There is no doubt the broadband revolution is rolling right along and events like Live Earth where millions stream video simultaneously show how IP communications is doing it’s part to ensure broadband pipes are as clogged as possible. As this revolution of faster pipes takes place, companies like ECI Telecom are benefiting by rolling out new products in the areas of the market where there is a need for ever more fiber.   Specifically the company has enhanced its XDM Multi-Service Transport Platform allowing it to have the reach of long-haul DWDM systems. How? Well they use more powerful amplifiers and this means the tremendous expense required in adding transponders between cities 2,000 kilometers apart is no longer needed.   Part of the upgrade includes doubling channel capacity allowing 800 Gbps per a single fiber pair.   As you might expect emerging markets like Asia, India and Russia are at the top of the list of growth for the company and providing fiber solutions to wireless service providers – among other providers has proven to be a great business in these markets.   Anther area of growth is the ROADM space which company executives tell me is very hot in European metro markets.

Acision

July 29, 2007

When a single US phone company, Verizon reports that in one month, they were responsible for sending 10 billion text messages, you may want to stand up and take notice.   In order to learn more about the SMS space I decided to take a trip down to Plano, Texas where the UK-based Acision has one of it’s four US offices. The company was formerly named Logica CMG and is one of those companies most people never heard of but is responsible for providing technology many of us frequently use.   In short, the company is an enabler of various types of service provider messaging from SMS to voice and video. This month in fact the company celebrated it’s 15th anniversary of supplying the industry with Short Message Service Centers or SMSCs.   Thanks to Moore’s law and clever design, the capability of Acision’s SMSCs has dramatically increased over the years. In 1992 SMSC version 1.0 had a capacity of 10 messages per second.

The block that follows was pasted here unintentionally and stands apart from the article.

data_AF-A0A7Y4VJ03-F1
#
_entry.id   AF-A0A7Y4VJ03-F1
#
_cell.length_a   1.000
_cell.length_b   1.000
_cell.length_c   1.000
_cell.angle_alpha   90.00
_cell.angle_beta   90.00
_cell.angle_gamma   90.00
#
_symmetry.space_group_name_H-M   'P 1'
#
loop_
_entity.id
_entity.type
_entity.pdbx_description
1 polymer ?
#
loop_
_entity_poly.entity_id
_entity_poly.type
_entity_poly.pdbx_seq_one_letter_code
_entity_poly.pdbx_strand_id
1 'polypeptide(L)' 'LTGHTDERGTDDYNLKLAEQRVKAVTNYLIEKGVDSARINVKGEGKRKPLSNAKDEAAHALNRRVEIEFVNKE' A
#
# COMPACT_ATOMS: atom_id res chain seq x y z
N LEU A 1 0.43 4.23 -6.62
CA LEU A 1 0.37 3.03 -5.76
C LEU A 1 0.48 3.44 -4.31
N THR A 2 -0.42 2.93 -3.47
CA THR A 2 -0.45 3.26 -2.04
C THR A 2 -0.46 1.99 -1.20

Mavenir Systems

July 29, 2007

Instant IMS: No IMS Required   When I decided on the sub headline for this article I realized it might be viewed as potentially controversial. How, you may be asking can one have IMS without IMS? Well there is an answer to this question and it may or may not be what you are expecting.   You see the benefits of IMS are great. We all realize this fact and moreover service providers understand if they aren’t able to provide the benefits of IMS to their customers soon they risk losing revenue.

700 MHz

July 29, 2007

VoIP News July 20, 2007

July 20, 2007

Here is the VoIP/IP communications new of the week. We start with the terrible news of SunRocket closing down without notifying customers. Not well done at all. As you can see below Nuvio would love to get these customers.

700MHZ Spectrum

July 12, 2007

Google and others are looking to ensure some of the 700MHZ spectrum is allocated for broadband wireless and moreover available at wholesale rates in order to help foster new and innovative services. For more on this story see this USA Today article.   Interestingly I also read a Telephony article where CTIA President and CEO Steve Largent called the proposed rules “Silicon Valley welfare.”   What I find interesting is this portion of the Telephony article:   -----   Verizon Wireless vice president and general counsel Steve Zipperstein testified before the U.S. House Subcommittee on Telecommunications and the Internet, urging Congress to ignore Google and other Internet companies’ calls for open-access requirements to the 700 MHz bands, which are scheduled for auction in early 2008. Zipperstein said the results of such rules would favor the Internet companies over the wireless industry, effectively pre-determining the winners of the auctions in advance.

“The wireless industry has produced a steady stream of innovations -- from devices, to applications, to features -- that have given American consumers myriad choices about how they use their wireless service,” said Zipperstein in a statement.